The problem management unit has to become more proactive, to get more involved in service design and service transition phases to identify and eliminate problems before they reach production environments. Problem management needs resources to accommodate contributing to pre-production risk management and even more importantly this involvement has to be valued and enforced by corporate senior management as it may take additional resources and delay time-to-market in some situations.

The Problem Management Team itself can get more resources for proactive tasks by reducing their direct participation in reactive Problem management activities. This has to be done via advocating the Problem management mindset across the entire corporation (encouraging people to think in terms of cause and effect with the desire to understand issue causes and push their resolution for continuous improvement) so each major domain would have their Problem Coordinators and identify root causes/track action items independently and problem management could take more a defining and governing role. To assert the value created from problem management and enlist more people to spread the word about problem management ideas for them to go viral, it is essential to visualize the process and explain the relations between incidents, root causes and action items to all stakeholders for them to understand how their task is contributing to the bigger picture.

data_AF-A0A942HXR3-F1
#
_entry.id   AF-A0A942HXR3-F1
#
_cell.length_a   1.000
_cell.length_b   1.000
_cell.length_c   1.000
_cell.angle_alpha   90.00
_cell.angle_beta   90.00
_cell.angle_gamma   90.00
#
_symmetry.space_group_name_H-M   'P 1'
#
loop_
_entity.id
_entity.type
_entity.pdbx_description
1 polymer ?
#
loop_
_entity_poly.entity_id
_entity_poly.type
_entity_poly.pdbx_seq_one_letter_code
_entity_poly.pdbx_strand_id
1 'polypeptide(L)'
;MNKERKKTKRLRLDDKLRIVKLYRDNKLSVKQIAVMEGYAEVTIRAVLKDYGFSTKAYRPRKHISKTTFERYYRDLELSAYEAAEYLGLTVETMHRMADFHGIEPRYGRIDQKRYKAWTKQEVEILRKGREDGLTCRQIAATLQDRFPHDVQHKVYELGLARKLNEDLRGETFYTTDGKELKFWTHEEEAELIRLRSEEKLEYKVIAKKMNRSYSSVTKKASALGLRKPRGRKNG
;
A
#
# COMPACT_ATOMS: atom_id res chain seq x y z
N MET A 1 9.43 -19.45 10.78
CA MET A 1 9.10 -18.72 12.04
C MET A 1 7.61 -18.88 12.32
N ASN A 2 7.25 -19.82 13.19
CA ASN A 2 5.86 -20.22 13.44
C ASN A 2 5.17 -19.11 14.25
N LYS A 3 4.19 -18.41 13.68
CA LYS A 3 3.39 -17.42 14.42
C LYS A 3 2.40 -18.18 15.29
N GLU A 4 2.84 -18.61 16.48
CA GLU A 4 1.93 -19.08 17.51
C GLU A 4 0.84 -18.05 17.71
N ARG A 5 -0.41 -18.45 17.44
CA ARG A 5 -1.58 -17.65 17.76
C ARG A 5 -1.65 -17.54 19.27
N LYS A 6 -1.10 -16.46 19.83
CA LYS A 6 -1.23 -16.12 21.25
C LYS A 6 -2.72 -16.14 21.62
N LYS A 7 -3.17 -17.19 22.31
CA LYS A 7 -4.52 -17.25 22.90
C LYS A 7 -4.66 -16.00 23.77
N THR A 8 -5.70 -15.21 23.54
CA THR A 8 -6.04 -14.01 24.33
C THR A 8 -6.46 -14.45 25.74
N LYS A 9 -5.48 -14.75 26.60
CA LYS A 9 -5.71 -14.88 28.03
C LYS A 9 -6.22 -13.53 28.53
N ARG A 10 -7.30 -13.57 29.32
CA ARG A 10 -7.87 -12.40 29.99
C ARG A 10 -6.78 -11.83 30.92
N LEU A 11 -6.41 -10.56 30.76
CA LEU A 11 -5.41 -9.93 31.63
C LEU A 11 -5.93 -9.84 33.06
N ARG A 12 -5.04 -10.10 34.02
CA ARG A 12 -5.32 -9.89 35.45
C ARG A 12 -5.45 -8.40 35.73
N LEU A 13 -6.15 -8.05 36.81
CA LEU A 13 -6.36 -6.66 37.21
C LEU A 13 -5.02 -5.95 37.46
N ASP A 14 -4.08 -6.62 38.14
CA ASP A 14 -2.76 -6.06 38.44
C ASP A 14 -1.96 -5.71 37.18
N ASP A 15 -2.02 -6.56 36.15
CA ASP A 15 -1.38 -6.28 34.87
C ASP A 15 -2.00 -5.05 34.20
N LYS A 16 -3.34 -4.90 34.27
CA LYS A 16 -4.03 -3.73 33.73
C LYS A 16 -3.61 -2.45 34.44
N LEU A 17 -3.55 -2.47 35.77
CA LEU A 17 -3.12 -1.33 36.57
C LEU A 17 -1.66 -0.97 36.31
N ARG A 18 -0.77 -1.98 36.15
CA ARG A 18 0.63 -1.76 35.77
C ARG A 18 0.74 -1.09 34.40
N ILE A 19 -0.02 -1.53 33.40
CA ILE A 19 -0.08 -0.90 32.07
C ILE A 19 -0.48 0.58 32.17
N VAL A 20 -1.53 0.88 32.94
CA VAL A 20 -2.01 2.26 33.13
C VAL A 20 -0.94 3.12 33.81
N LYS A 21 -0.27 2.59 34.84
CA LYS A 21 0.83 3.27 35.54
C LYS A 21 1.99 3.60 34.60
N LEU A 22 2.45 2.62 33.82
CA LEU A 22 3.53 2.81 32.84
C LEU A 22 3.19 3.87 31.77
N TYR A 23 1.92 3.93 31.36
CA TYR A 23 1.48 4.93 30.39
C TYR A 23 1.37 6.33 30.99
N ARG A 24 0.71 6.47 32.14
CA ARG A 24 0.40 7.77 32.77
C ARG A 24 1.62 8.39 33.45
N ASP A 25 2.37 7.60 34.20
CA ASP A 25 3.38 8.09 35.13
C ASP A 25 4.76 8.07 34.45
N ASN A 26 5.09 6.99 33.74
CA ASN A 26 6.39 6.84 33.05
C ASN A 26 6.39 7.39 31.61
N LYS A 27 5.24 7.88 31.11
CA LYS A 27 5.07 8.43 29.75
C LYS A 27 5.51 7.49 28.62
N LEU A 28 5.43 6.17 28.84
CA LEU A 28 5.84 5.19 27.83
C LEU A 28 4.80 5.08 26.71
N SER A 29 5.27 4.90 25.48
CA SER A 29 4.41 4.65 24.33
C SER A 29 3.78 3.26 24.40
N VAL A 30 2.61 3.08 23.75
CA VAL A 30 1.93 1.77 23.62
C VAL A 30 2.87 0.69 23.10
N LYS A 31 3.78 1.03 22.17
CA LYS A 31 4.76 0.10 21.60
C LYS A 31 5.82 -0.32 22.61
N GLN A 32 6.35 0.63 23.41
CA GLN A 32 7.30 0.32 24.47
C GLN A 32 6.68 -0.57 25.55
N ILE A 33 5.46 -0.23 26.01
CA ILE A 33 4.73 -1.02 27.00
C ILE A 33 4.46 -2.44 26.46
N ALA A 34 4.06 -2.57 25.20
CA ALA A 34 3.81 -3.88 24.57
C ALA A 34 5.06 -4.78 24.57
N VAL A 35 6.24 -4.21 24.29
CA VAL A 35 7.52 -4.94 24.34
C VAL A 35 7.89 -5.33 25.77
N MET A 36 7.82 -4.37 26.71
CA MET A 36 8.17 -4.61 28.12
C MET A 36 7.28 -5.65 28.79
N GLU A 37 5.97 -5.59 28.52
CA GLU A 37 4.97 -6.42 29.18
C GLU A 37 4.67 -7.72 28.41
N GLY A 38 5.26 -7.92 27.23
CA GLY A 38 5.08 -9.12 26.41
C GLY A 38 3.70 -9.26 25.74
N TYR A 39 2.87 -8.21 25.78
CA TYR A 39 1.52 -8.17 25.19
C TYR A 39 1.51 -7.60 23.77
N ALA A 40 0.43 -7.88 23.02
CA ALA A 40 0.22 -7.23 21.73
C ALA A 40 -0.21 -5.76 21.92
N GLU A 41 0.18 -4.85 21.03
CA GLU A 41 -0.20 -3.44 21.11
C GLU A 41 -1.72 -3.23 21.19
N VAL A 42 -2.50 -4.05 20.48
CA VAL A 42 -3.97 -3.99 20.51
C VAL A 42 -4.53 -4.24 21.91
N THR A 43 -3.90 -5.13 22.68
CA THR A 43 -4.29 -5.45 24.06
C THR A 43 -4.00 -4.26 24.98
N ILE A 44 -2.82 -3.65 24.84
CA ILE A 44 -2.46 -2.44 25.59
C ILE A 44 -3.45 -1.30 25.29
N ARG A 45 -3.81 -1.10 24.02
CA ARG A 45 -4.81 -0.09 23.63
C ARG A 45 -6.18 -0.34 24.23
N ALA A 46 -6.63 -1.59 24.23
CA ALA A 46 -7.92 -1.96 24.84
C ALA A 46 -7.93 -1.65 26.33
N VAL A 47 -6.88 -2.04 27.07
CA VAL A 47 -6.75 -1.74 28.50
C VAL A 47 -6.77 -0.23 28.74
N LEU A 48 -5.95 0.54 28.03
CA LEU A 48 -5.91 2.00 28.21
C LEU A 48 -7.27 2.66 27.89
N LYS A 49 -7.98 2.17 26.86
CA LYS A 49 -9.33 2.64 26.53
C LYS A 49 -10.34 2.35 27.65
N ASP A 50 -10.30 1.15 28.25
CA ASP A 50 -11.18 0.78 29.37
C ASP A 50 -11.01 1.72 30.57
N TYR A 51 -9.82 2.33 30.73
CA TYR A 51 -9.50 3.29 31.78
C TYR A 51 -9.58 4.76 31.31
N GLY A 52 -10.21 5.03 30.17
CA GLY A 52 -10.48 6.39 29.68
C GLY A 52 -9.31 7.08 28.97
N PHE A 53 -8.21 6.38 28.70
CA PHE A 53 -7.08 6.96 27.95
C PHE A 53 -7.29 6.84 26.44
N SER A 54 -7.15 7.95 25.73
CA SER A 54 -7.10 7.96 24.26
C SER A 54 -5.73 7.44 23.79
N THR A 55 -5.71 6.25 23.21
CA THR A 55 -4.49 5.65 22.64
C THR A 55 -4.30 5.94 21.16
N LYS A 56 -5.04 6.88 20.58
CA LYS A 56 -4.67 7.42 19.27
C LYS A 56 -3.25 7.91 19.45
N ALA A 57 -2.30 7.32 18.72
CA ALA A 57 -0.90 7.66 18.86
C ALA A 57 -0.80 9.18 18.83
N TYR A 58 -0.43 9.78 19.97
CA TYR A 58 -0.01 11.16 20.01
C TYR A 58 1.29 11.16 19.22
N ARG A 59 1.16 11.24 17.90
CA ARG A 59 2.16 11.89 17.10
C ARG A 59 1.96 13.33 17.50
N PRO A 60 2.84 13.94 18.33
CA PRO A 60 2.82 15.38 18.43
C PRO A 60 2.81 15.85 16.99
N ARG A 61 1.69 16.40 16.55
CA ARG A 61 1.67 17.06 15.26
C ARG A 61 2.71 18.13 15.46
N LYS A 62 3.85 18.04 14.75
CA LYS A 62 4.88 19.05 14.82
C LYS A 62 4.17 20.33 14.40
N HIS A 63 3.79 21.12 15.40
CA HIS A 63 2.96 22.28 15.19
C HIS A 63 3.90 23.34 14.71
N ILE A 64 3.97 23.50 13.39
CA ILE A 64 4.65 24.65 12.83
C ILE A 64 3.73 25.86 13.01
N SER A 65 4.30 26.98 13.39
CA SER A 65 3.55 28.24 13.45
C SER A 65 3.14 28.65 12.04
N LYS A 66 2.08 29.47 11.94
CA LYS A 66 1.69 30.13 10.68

There is a high number of operationally independent problem management stakeholders in Playtech and implementing KPI framework that would be fit to measure and achieve problem management goals and be applicable to all major stakeholders individually and cross stakeholders seems almost impossible a task. The saying ”You get what you measure“ is very true in problem management and no stakeholder wants to be measured by problems that involves other stakeholders and are taking actions to remove such problems from their statistics instead of focusing on the problem and its solution. At the same time problem management tends to be most inefficient and difficult for problems spreading across multiple division. A Problem Manager’s role and assertiveness in facilitating a constructive and systematic process towards the resolution of such problems is crucial. And still problem management needs to find a creative approach to reflect such problems in KPI reports to present then as part of the big picture and sell them to executive management to get their sponsorship for major improvement tasks that compete with business development projects for the same resources while the latter has a much clearer ROI.